Phase 1 Convene
Phase 1: Convene key community leaders and members to understand dementia and its implications for your community. In this phase, you will determine community readiness, build an action team and engage the community more broadly.
Key Steps in Convene Phase
Once the champions have completed the Readiness and Recognition review, it is time to build awareness in the community and seek out other key stakeholders to participate in the effort. This can be done through conducting community meetings and presentations.
Determine Community Readiness. Key community leaders and citizens including people with dementia, their care partners and representatives from the public, private, and nonprofit sectors come together to determine if the community is ready to work toward becoming dementia friendly.
Enlist Champions. Prepare an initial meeting with five to seven interested community members who recognize the impact of dementia in your community, can commit some time to the project, and are willing to assist with the recruitment of an Action Team.
Discuss Readiness. As a group, discuss definitions and determine whether your community is ready to form an Action Team and work toward a dementia friendly community culture. Decide the next steps and schedule the next meeting. Have members identify and invite other community stakeholders.
Build the Case. Identify specific community and state statistics and create awareness materials to engage others. Find information for your state, county or city from the US Census Bureau and include your state's population projections to motivate action.
Build an Action Team. Your Action Team will drive the efforts toward becoming a dementia friendly community. The best Action Team Members are key community leaders and stakeholders who represent a variety of sectors and are interested in leading the community to become dementia-friendly.
Create a List of Possible Team Members. Identify key stakeholders and leaders, people with dementia, their family and care partners, community members representing various community sectors and diverse and underserved populations to be part of the Action Team.
Meet with the Team. Schedule one or several informational meetings to discuss the impact of dementia on the community, share dementia friendly community information, and ask for people to be involved in the effort. Define expectations for participation on the Action Team (hours per month/attendance). At the end of the informational meeting, have a sign-up sheet for individual interested in participating on the action team. Hold individual meetings with key stakeholders that the core team has identified if they do not participate in the informational meetings or sign up to participate. Once you have committed team members, schedule regular meetings at a standing time over the next several months and use early meetings to orient the team on the dementia friendly resources and team roles and responsibilities.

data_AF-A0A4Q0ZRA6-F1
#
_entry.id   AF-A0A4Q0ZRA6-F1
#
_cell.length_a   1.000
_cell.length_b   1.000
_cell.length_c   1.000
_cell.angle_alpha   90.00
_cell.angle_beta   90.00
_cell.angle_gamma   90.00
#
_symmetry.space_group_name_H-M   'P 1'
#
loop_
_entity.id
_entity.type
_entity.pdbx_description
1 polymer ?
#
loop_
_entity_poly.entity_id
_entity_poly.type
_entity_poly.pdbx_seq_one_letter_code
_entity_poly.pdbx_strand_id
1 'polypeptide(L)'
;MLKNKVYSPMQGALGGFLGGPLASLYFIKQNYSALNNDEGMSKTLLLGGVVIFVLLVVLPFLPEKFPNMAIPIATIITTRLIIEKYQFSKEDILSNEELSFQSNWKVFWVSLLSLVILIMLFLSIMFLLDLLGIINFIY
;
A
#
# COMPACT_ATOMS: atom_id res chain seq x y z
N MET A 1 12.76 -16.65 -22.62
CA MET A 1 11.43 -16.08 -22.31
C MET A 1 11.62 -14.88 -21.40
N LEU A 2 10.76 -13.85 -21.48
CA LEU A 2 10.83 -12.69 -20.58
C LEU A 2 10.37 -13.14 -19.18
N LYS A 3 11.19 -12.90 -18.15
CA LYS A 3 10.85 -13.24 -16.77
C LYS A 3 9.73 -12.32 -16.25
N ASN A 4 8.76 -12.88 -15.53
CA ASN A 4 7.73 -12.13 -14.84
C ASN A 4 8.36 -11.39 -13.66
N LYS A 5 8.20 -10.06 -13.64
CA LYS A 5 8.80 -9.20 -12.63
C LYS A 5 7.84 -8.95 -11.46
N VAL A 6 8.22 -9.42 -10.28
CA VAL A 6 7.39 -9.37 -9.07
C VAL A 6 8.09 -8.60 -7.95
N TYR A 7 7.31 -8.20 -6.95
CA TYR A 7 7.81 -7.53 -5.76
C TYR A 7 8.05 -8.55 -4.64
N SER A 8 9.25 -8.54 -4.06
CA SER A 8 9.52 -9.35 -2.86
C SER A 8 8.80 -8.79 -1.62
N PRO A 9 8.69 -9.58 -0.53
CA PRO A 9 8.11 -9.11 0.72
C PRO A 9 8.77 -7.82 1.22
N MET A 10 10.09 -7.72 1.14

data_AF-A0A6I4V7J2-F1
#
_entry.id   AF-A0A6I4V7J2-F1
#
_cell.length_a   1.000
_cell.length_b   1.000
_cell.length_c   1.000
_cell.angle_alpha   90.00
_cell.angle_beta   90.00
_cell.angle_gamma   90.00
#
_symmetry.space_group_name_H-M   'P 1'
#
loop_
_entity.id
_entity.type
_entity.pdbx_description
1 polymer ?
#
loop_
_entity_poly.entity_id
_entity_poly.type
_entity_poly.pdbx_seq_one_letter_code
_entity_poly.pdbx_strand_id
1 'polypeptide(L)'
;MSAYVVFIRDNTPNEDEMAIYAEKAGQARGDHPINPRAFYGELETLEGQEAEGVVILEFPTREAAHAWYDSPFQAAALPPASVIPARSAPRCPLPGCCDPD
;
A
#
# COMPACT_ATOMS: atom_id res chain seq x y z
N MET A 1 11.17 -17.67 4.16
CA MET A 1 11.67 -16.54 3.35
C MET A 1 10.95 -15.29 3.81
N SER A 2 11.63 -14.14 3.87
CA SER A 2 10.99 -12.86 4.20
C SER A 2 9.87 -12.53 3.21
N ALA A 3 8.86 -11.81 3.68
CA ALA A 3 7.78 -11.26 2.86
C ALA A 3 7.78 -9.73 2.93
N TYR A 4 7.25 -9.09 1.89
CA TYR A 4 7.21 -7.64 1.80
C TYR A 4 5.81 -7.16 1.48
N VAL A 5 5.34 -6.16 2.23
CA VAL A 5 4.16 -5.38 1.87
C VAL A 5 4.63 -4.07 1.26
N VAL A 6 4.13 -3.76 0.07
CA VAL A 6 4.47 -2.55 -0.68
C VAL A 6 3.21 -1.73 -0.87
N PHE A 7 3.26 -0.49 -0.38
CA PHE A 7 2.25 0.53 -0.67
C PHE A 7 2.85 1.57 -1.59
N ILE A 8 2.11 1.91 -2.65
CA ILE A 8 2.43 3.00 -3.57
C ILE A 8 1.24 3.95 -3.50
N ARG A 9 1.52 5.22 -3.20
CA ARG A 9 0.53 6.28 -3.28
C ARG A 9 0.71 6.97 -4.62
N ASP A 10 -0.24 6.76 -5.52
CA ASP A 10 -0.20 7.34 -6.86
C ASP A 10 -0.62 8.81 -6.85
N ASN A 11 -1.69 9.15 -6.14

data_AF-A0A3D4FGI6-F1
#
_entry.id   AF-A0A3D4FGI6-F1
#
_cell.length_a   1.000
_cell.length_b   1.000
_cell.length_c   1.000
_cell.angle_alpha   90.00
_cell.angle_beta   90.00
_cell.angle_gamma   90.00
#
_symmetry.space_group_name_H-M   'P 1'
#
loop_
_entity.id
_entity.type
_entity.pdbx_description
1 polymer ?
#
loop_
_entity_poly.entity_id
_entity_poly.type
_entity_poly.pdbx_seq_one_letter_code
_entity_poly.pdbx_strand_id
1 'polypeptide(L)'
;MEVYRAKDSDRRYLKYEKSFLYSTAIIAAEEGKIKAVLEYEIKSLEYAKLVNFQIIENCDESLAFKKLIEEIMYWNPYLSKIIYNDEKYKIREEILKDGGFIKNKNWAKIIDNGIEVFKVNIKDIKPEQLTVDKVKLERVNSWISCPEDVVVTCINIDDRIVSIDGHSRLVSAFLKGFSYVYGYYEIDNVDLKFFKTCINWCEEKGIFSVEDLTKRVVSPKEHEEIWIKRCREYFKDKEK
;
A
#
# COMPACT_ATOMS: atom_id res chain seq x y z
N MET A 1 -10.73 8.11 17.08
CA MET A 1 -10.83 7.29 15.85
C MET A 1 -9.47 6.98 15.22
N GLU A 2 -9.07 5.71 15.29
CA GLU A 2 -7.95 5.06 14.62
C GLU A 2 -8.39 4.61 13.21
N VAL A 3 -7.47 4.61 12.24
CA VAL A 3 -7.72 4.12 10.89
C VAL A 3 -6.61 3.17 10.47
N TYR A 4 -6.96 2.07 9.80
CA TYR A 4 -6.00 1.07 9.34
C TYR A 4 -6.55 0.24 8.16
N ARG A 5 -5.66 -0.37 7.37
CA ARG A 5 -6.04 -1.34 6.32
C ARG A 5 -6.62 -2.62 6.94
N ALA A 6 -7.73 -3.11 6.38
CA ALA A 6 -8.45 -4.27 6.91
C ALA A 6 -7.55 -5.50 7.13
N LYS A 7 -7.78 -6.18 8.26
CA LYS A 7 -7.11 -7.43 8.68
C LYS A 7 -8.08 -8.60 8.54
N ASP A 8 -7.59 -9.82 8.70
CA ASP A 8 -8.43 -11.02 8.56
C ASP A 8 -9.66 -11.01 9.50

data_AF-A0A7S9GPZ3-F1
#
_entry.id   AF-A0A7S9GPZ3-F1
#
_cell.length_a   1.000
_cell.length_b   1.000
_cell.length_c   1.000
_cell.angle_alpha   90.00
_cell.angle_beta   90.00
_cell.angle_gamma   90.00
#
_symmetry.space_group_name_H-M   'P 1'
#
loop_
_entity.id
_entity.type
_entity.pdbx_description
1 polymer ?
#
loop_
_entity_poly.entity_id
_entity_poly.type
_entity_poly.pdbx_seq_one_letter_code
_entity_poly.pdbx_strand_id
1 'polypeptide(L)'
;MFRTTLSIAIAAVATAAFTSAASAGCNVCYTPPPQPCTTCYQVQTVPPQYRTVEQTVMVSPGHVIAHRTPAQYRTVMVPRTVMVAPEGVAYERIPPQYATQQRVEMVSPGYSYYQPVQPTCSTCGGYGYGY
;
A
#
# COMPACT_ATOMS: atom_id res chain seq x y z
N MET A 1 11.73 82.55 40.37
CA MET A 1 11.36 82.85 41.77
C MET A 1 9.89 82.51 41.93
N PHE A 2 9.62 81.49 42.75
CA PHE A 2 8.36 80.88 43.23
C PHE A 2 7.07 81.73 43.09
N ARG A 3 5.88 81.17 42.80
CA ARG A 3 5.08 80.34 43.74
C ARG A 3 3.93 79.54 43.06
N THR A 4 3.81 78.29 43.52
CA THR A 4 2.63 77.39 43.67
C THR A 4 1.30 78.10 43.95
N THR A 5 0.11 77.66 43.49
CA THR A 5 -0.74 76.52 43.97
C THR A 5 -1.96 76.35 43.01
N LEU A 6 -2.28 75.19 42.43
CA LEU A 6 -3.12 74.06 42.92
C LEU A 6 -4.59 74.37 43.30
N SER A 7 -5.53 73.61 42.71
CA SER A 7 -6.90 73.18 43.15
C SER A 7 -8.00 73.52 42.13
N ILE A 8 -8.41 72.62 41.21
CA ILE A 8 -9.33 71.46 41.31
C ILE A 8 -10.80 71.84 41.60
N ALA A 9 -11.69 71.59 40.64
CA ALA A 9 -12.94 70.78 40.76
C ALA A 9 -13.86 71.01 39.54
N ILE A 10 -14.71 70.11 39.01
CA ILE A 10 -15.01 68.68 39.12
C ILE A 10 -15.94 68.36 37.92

Coordinate the Team. Successful teams are led by Community Coordinators who are familiar with the toolkit phases and are comfortable explaining the process to recruited team members who are assigned tasks. The Community Coordinator guides the Action Team through the toolkit process, holds regular team meetings to keep the team informed, assigns tasks, establishes deadlines, and updates the community on progress.
Timelines and Work Plans. Set specific target completion dates and assign tasks based on those dates. This creates a sense of unity and a steady momentum for progress. It can also enhance enthusiasm and the drive to make a difference, and produce lasting friendships bound by a common interest of improving opportunities for people with dementia and their care partners.
Kick Off the Effort. A community meeting serves to explain the initiative, process, and recruit additional volunteers for the Action Team or to assist with other Action Phases. This will begin to raise awareness and creates energy to further engage the community.
Build the Program. A community kick-off meeting usually brings together the broader community and has a two-fold goal of informing participants about dementia and engaging them in the community initiative. Elected officials and community leaders often speak at these events. Consider having a person with dementia expertise available to make opening remarks, participate on a panel, answer questions or provide resources to kick-off participants. If you choose not to hold an event, find other ways to share the effort and inform the media about the work.
Engagement Opportunity. The community meeting is an opportunity to recruit potential volunteers for the effort and potentially identify individuals or organizations that have resources which can support the effort.